I've returned from my mini break in D.C. I've still got to sort through my photos and do a bit of editing, blah blah blah, but I'm going to be sharing some delicious restaurants that we visited. Unfortunately, I'm back at work today but guess what? I'm heading to North Dakota on Thursday. It's for work and I'll be in the middle of nowhere, but I've never been so I'm embracing it. I'll only be away for about 3 weeks before I have to come back to go to France - heyoh! - but being away from my kitchen will mean fewer posts. I have a few prescheduled posts ready to go, as well as a handful of photos that need to be edited and turned into posts, so I'll still have a presence; it just won't be daily like it's been for the past few months.

In the meantime, today I'm sharing instructions on how to poach an egg. I'm sure this has been done to death but I want to share my tips and tricks.
Ingredients:
1 egg (super fresh)
salt & pepper, to taste
1 teaspoon white vinegar
water
small saucepan
So, there are so many tricks out there. Some people suggest swirling the water before adding the egg so that the mini whirlpool will swirl the egg whites back around the yolk. Another tip I hear all the time is to use room temperature eggs. Well, let's put those tips aside for a moment and discuss mine. I have five:
  1. Use super fresh eggs. You can test the freshness of an egg by putting it in a big bowl of water. If it sinks it's only a few days old. If it's floating at an angle, it's probably about a week old. The fresher the egg, the firmer the egg whites will be.
  2. Bring the water to a boil and then reduce the heat until it's no longer violently bubbling. You want to know that the water is super hot (to make sure the egg whites set up quickly) but you don't want it to be bubbling so violently that it agitates the egg.
  3. Add an acid to the poaching liquid (e.g. lemon juice or white vinegar). Egg whites coagulate at a certain temperature. Lowering the pH of the cooking liquid makes the eggs coagulate faster because it lowers the normal coagulation temperature.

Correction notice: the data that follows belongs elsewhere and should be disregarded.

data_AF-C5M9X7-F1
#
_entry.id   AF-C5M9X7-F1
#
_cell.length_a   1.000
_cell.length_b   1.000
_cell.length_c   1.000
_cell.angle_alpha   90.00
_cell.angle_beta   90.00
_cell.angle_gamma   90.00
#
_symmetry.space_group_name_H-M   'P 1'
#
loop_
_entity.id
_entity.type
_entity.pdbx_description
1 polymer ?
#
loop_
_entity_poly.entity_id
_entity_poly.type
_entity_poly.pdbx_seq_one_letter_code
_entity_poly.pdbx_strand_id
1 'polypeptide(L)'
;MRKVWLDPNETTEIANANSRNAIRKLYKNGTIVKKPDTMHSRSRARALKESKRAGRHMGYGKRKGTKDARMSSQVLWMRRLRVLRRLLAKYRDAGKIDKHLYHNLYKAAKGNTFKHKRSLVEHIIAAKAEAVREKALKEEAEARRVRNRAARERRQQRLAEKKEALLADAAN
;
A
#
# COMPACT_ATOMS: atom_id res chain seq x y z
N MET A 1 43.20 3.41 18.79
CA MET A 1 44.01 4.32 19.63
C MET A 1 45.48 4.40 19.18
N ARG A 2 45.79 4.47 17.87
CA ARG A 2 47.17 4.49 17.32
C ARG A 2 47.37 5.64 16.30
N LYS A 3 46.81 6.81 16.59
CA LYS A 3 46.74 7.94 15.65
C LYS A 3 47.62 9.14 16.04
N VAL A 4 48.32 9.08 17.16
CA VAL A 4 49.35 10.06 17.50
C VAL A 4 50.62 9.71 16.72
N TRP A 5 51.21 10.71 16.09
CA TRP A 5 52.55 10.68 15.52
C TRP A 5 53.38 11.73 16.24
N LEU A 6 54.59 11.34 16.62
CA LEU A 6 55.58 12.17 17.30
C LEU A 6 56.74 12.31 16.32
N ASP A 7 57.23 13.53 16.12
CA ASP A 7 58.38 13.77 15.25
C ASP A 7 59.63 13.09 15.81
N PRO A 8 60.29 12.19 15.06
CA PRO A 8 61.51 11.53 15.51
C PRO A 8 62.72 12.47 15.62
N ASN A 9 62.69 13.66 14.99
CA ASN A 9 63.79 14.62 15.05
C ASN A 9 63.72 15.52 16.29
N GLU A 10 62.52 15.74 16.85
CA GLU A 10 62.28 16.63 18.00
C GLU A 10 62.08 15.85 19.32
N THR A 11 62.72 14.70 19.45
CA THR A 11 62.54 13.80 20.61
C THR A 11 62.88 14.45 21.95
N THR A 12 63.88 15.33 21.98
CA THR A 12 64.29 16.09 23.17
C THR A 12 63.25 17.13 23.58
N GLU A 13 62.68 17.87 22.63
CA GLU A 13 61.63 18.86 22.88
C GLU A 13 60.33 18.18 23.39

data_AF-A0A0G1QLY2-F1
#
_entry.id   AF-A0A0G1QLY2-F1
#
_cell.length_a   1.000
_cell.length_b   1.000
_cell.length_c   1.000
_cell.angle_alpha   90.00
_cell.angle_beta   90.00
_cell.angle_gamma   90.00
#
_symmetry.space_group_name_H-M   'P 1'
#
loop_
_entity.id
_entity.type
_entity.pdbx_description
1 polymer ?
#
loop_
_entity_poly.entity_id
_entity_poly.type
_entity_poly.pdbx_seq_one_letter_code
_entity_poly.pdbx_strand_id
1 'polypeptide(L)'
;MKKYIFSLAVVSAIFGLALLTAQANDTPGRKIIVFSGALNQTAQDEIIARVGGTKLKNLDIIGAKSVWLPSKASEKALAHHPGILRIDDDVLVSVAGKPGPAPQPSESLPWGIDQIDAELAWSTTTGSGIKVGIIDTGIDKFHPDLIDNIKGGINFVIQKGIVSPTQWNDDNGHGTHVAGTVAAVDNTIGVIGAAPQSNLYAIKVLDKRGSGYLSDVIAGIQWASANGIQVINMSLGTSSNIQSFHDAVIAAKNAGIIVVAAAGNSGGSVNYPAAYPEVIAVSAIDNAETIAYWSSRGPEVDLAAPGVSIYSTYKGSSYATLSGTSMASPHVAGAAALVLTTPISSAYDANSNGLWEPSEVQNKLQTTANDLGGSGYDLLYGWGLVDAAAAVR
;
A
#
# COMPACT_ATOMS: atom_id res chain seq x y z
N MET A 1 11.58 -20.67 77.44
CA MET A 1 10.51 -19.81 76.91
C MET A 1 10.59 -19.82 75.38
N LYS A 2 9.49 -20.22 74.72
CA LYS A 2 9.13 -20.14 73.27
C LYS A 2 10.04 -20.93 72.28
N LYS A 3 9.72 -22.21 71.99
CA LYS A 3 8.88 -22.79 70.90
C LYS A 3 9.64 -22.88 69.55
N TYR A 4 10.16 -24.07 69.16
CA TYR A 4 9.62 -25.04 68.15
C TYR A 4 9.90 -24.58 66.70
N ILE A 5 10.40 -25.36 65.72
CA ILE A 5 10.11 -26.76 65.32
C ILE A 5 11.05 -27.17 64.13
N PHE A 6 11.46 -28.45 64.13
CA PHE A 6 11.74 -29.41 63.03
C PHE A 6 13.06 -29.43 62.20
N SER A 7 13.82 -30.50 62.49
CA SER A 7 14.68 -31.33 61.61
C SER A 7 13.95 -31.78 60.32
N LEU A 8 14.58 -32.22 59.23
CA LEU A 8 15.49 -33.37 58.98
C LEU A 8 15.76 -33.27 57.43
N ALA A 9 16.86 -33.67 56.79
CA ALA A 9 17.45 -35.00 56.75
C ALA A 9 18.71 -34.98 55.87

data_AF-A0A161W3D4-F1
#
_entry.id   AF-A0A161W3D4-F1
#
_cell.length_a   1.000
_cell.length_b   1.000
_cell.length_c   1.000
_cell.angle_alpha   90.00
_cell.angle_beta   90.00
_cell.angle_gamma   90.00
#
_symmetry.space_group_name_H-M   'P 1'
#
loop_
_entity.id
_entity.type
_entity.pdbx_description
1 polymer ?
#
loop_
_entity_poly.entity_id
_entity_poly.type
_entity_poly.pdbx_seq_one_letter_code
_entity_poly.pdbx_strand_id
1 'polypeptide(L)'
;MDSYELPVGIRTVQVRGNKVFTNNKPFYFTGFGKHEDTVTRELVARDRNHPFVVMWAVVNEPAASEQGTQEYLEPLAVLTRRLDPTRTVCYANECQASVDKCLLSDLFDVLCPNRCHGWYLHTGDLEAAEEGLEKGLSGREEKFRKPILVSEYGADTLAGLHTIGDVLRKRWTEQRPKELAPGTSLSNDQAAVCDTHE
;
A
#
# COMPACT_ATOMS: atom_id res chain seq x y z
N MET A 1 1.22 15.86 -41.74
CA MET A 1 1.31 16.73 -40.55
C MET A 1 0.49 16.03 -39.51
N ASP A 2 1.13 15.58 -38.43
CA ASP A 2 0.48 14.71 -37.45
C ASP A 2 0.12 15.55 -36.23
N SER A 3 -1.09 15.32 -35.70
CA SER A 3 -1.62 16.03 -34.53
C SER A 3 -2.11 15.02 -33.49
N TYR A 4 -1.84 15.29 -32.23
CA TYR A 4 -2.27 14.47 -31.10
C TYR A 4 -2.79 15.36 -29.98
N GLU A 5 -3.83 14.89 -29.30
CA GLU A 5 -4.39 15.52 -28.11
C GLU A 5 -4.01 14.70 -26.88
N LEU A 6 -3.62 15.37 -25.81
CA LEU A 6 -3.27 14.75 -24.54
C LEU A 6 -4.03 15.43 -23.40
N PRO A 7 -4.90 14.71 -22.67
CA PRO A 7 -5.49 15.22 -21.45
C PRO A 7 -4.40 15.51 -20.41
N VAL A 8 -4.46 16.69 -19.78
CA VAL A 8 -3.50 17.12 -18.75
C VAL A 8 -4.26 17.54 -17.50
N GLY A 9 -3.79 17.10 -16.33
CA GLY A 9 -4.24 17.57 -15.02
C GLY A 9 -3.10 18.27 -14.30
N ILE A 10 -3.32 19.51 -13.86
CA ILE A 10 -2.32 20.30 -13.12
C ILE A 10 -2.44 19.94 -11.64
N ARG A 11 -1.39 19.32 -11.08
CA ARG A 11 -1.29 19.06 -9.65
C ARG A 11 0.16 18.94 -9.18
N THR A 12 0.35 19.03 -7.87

4. Use a small saucepan and use just 2 inches of water. A wide and shallow pot is the typical vessel of choice but the less area that an egg has to spread out is better, right? And again, a shallow water depth means less space for the egg whites to spider out.
  5. Crack the egg into a separate bowl. You'll need this for ease of adding the egg into the tiny pot.
Got it?

Okay, so start by cracking your egg into a bowl.

Get your tiny saucepan and fill it with about 2 inches of water and mix in a little vinegar. My tiny saucepan is from Christmas Tree Shops and it was only $3; pretty sweet deal, huh? Anyway, add in the egg - no vortex necessary for such a small pot - and let the egg cook for about 3 minutes until the whites firm up.
Use a spoon to gently flip the egg over - this is a great time to check if it's sticking to the bottom of the pan - and then let it cook for another minute on the second side just to make sure the egg is completely set. I'm into a super runny yolk so the total 4 minute cooking time is perfect for me. If you prefer a slightly thicker yolk, I'd add about 1 minute of cooking time to each side.
Fish the egg out of the water with a slotted spoon and let them drain on a paper towel. Season with salt and pepper and then use as you choose.

Honestly, there are some harsh critics of poached eggs out there and they have this checklist with amazingly nitpicky criteria of what makes a good poached egg. For me, it's an egg that looks relatively pretty and in tact, a good and runny yolk, and a tender white.

I plopped my poached eggs right onto a salad and it was super yum. Honestly, I probably should have flipped these guys over because the side that's showing in the photos below is the bumpy side (where the water was getting foamy) but the bottom side was so smooth and lovely. My bad! Oh well, it still tasted good and had a lovely texture, and that's the most important part, right?
Here's the recipe page: